In the fall of 2007, journalist Nona Willis Aronowitz and photographer Emma Bee Bernstein, friends from their New York City childhoods, packed a Chevy Cavalier and took off on a cross-country road trip. The mission was to take the temperature of twentysomething women around the country, specifically, to learn about their relationship to feminism and the word “feminist.” They butted heads with strangers, had some wild times in bars, and met many of their feminist idols, including the original riot grrl, Kathleen Hanna, who will read tonight at KGB in celebration of the publication of Girldrive: Crisscrossing America, Redefining Feminism. Willis Aronowitz spoke with Vulture about her Thelma & Louise–like adventure, and the book it inspired.
Is there a difference between feminism in New York and in the rest of the country?
Yes, very much so. New York feminism is awesome but the actual label doesn’t seem as important as it does in places where it’s conservative or economically struggling. In those places, it seems like a much stronger word in context to women who bump up against anti-feminist attitudes a lot.
Don’t you meet opposition in NYC?
Oh, of course. But it’s not the same as people screaming “baby killer” at you when you go to an abortion clinic elsewhere. In New York, people are more hesitant to be sexist in public. Except of course if you’re walking down the street, in which case, anything goes. I think in New York I’ve experienced the most catcalling I’ve ever experienced in my life.
Did the discussions ever get heated with any of the girls you talked to?
Well, it was harder to actually get into real debates with most conservative women we talked to, because it was kind of like, where do we even start? In the same way, we felt a lot more comfortable taking to task, for instance, this woman Lynn in New Orleans who is in the sex industry. She worked in a strip club and also worked in a sex-toy shop. We totally had a serious debate about sexuality and how it should play into feminism. I actually almost lost my interviewer cool.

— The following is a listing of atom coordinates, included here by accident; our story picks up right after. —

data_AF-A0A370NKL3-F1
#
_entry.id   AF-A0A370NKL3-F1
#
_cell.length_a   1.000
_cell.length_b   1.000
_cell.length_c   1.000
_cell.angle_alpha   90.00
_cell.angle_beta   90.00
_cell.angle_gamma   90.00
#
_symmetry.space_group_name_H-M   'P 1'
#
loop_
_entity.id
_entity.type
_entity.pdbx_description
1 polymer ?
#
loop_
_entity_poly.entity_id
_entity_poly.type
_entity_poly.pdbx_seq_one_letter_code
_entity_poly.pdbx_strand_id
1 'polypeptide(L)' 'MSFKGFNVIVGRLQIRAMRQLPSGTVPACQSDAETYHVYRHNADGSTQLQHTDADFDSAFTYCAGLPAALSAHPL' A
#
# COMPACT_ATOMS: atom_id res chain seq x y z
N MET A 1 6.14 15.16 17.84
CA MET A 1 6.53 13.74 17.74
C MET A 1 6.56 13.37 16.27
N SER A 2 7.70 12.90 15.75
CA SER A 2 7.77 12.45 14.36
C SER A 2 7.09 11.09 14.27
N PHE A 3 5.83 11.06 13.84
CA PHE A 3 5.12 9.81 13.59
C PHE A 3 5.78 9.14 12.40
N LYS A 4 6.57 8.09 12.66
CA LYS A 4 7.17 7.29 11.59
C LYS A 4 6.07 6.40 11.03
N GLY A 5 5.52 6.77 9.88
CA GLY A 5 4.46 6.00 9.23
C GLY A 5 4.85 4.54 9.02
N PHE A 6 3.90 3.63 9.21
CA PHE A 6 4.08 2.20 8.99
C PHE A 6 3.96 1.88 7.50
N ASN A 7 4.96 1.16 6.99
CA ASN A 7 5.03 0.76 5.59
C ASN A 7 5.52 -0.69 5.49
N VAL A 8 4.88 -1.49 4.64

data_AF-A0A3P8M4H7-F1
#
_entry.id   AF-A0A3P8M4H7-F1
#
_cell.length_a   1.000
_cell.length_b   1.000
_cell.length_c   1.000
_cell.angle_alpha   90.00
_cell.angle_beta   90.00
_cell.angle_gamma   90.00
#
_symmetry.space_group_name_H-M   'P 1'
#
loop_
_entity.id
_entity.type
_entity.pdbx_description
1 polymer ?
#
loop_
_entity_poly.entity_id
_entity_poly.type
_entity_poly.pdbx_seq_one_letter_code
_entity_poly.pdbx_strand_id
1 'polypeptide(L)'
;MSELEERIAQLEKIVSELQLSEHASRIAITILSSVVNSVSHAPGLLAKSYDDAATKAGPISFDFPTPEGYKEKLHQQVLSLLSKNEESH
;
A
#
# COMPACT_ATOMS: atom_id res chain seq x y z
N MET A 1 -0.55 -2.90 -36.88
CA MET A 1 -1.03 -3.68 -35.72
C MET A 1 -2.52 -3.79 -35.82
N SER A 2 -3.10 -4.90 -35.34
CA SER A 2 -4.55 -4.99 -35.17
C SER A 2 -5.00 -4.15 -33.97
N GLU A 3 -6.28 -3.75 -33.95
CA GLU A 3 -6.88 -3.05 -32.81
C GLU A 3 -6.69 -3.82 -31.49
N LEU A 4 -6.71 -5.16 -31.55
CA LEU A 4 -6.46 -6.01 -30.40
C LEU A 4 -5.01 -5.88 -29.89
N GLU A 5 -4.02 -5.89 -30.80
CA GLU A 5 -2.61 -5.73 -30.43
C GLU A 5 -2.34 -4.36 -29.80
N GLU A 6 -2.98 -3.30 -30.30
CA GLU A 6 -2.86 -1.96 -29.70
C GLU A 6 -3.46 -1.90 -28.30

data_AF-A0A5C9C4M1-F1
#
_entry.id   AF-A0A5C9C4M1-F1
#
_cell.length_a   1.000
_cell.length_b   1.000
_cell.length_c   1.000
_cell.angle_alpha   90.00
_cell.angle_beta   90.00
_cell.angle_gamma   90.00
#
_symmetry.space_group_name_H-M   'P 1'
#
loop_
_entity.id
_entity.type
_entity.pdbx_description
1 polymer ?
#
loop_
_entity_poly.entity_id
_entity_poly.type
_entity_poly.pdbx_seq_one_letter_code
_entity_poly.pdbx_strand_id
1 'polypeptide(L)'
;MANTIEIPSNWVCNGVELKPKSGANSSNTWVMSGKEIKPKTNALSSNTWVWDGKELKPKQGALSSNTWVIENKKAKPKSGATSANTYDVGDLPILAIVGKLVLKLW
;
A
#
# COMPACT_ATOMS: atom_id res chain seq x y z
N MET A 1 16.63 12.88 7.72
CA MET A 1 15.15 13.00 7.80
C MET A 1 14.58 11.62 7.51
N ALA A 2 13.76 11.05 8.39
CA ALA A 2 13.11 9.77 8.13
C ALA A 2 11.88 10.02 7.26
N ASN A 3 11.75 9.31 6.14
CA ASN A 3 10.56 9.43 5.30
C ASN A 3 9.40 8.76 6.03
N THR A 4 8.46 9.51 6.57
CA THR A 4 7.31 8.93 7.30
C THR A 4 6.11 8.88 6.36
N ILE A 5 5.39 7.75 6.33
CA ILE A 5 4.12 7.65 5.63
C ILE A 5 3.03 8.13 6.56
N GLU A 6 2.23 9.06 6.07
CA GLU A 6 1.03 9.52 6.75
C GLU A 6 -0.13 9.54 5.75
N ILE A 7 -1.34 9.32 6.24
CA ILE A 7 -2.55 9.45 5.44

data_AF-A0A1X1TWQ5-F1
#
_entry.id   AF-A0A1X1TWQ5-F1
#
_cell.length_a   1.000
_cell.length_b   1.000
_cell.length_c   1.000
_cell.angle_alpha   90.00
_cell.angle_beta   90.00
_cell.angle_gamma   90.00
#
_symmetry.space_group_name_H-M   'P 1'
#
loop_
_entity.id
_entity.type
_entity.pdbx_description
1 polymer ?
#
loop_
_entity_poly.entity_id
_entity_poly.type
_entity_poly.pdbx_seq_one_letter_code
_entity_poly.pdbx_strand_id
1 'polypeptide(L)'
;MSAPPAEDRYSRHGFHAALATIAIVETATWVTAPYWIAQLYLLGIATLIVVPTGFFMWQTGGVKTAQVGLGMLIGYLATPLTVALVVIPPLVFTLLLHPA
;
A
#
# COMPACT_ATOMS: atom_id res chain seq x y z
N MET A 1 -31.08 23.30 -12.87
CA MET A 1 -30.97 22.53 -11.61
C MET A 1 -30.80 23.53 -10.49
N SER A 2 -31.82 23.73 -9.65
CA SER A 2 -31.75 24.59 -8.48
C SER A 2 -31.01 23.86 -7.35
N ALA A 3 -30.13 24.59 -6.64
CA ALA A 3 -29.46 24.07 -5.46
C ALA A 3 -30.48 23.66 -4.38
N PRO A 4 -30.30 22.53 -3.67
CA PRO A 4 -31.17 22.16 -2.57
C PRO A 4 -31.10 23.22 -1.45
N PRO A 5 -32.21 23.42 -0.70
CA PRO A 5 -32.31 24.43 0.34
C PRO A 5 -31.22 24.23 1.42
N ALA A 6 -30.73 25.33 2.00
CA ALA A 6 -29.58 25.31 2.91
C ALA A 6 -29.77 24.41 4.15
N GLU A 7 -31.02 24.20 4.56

You grew up with a visible feminist mom, Ellen Willis. How much of your feminism came from your mom and how much comes from your own life?
It comes from my mom, but not even because of her writing. She always let me know I could do whatever I wanted, and it was fine to take on some feminine or sexy qualities as long as I was self-aware.
The female road trip has a long history in the movies.
We always kind of played on Thelma & Louise, like, “ha-ha, who’s Thelma, who’s Louise?” And we were Thelma and Louise for Halloween. But we kind of wanted to revise this whole tragic-female thing going on. Never once did we get ourselves in a shitty situation in which we felt vulnerable as females.
Your trip wasn’t entirely without tragedy. You write in the book about your mom passing away. And I heard about Emma’s suicide not long after you returned to Chicago from the road trip. Can you talk about that at all?
It’s strange. In a way, the publication of Girldrive is bookended by two deaths, and two deaths of feminists. Emma and I decided to do this road trip over brunch, at which she and I met for the first time since my mom died. As for Emma, she had been suffering from serious depression for a long time. In some ways, she had always both reveled in and fought against the idea of the “tragic female” and I think feminism had saved her life many times in the past. But no “-ism” can save someone from major depression.